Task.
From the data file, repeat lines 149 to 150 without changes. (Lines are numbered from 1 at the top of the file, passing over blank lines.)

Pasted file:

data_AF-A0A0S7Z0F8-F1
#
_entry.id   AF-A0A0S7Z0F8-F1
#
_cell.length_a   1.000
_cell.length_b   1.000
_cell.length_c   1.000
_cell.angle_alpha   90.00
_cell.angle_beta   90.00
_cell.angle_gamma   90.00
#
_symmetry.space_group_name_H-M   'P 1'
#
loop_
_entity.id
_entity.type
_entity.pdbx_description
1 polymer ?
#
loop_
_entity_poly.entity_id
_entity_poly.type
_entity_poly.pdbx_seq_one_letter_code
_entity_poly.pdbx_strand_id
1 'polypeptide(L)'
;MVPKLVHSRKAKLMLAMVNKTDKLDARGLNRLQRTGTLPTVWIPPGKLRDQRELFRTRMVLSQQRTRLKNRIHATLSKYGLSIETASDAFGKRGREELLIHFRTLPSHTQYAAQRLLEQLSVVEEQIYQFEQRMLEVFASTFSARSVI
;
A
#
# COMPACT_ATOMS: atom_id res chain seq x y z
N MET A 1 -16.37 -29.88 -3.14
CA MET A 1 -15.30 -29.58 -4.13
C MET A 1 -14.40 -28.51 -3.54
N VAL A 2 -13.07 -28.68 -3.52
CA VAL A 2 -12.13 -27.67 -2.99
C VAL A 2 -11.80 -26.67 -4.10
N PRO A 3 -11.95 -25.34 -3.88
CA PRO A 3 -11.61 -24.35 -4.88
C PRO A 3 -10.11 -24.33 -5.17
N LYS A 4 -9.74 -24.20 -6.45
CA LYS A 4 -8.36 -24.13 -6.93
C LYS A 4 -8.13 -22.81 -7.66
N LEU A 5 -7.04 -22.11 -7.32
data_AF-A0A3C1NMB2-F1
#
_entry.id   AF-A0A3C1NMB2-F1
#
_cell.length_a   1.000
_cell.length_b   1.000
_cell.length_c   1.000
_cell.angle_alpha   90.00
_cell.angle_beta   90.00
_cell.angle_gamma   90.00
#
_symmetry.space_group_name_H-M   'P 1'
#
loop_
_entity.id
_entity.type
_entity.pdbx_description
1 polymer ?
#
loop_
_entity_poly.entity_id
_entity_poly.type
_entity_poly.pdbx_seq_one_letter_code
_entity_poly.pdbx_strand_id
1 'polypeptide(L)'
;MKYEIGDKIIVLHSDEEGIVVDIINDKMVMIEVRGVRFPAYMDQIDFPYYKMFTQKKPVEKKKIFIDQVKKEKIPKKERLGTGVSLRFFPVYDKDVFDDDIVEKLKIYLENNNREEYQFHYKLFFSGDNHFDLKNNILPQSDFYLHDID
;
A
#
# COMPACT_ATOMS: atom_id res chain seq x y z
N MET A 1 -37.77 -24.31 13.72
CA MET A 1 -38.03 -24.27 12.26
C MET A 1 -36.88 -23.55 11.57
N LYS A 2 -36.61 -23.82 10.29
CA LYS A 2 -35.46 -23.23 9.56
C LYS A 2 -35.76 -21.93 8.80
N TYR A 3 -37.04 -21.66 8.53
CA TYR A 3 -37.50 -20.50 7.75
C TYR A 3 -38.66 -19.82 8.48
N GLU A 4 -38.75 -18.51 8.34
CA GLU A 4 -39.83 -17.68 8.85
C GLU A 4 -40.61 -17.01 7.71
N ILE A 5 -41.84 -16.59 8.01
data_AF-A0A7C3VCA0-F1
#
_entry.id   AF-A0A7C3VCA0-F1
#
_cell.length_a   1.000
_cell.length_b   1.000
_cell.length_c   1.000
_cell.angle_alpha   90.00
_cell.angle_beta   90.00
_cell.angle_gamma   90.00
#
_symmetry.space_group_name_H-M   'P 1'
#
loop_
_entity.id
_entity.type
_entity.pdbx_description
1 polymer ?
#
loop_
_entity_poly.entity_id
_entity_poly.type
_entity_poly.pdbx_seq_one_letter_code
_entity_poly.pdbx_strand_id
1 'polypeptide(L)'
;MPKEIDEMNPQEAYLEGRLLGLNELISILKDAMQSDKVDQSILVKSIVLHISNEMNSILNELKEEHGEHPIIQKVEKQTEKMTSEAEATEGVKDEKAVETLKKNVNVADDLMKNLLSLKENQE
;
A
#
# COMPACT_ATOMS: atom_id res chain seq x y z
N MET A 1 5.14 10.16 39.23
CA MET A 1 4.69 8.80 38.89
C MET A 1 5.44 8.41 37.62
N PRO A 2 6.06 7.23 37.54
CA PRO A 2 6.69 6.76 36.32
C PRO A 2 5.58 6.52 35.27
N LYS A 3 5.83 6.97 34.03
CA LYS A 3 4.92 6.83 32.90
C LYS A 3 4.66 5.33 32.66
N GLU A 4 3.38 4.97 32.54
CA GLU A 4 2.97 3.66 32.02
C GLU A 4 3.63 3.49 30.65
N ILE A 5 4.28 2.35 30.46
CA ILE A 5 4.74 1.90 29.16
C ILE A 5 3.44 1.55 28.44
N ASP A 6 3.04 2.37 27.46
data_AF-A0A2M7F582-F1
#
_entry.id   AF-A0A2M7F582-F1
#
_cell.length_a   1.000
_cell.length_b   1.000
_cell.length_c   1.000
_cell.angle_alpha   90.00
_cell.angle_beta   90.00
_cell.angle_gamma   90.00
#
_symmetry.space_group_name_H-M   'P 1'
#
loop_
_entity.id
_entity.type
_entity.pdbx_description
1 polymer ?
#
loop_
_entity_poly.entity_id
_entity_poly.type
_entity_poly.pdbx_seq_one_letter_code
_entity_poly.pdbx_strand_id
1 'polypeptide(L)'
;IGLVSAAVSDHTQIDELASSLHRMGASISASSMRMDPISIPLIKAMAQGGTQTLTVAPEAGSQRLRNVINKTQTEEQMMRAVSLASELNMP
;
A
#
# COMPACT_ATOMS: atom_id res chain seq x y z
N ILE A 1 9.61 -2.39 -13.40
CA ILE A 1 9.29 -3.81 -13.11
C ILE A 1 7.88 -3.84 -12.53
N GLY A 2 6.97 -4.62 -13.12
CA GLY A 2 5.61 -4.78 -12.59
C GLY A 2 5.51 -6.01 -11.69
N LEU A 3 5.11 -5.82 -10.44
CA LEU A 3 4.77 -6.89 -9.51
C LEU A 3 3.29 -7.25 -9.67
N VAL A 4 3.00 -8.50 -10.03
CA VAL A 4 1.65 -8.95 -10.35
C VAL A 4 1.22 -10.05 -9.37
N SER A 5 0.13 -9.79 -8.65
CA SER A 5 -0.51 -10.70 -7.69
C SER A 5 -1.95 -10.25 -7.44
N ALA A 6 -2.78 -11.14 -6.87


_entity.pdbx_description
1 polymer ?